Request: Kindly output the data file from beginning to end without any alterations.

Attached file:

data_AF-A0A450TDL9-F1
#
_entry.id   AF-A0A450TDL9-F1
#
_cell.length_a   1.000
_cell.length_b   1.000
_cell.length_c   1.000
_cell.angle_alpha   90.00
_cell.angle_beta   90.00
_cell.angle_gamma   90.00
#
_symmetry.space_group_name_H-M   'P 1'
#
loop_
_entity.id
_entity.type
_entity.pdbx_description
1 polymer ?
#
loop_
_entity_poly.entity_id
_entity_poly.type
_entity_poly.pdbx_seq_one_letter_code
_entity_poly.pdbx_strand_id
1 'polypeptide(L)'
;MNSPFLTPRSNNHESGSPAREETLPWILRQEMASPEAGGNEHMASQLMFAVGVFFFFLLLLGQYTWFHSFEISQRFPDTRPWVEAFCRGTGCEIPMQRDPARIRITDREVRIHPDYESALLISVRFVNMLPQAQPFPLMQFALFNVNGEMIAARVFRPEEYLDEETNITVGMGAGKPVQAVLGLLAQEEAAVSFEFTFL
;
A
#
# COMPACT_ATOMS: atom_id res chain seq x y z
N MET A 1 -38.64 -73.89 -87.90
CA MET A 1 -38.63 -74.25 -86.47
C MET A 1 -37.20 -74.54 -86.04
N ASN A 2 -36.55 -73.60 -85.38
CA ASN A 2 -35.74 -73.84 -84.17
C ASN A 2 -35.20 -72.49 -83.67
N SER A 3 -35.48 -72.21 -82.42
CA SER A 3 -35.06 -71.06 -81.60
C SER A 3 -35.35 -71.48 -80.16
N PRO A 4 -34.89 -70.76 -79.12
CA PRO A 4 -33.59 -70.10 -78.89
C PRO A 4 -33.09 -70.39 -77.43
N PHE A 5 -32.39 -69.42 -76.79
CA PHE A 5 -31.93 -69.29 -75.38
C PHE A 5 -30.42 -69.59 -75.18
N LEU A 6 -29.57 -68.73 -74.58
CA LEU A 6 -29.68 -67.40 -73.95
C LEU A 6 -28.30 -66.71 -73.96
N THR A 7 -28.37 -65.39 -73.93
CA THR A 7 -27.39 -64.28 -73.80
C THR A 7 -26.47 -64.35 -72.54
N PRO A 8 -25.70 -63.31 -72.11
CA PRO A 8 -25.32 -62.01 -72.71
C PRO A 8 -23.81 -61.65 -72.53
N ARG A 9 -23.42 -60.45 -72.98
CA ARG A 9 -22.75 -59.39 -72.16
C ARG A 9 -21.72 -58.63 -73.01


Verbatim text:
data_AF-A0A450TDL9-F1
#
_entry.id   AF-A0A450TDL9-F1
#
_cell.length_a   1.000
_cell.length_b   1.000
_cell.length_c   1.000
_cell.angle_alpha   90.00
_cell.angle_beta   90.00
_cell.angle_gamma   90.00
#
_symmetry.space_group_name_H-M   'P 1'
#
loop_
_entity.id
_entity.type
_entity.pdbx_description
1 polymer ?
#
loop_
_entity_poly.entity_id
_entity_poly.type
_entity_poly.pdbx_seq_one_letter_code
_entity_poly.pdbx_strand_id
1 'polypeptide(L)'
;MNSPFLTPRSNNHESGSPAREETLPWILRQEMASPEAGGNEHMASQLMFAVGVFFFFLLLLGQYTWFHSFEISQRFPDTRPWVEAFCRGTGCEIPMQRDPARIRITDREVRIHPDYESALLISVRFVNMLPQAQPFPLMQFALFNVNGEMIAARVFRPEEYLDEETNITVGMGAGKPVQAVLGLLAQEEAAVSFEFTFL
;
A
#
# COMPACT_ATOMS: atom_id res chain seq x y z
N MET A 1 -38.64 -73.89 -87.90
CA MET A 1 -38.63 -74.25 -86.47
C MET A 1 -37.20 -74.54 -86.04
N ASN A 2 -36.55 -73.60 -85.38
CA ASN A 2 -35.74 -73.84 -84.17
C ASN A 2 -35.20 -72.49 -83.67
N SER A 3 -35.48 -72.21 -82.42
CA SER A 3 -35.06 -71.06 -81.60
C SER A 3 -35.35 -71.48 -80.16
N PRO A 4 -34.89 -70.76 -79.12
CA PRO A 4 -33.59 -70.10 -78.89
C PRO A 4 -33.09 -70.39 -77.43
N PHE A 5 -32.39 -69.42 -76.79
CA PHE A 5 -31.93 -69.29 -75.38
C PHE A 5 -30.42 -69.59 -75.18
N LEU A 6 -29.57 -68.73 -74.58
CA LEU A 6 -29.68 -67.40 -73.95
C LEU A 6 -28.30 -66.71 -73.96
N THR A 7 -28.37 -65.39 -73.93
CA THR A 7 -27.39 -64.28 -73.80
C THR A 7 -26.47 -64.35 -72.54
N PRO A 8 -25.70 -63.31 -72.11
CA PRO A 8 -25.32 -62.01 -72.71
C PRO A 8 -23.81 -61.65 -72.53
N ARG A 9 -23.42 -60.45 -72.98
CA ARG A 9 -22.75 -59.39 -72.16
C ARG A 9 -21.72 -58.63 -73.01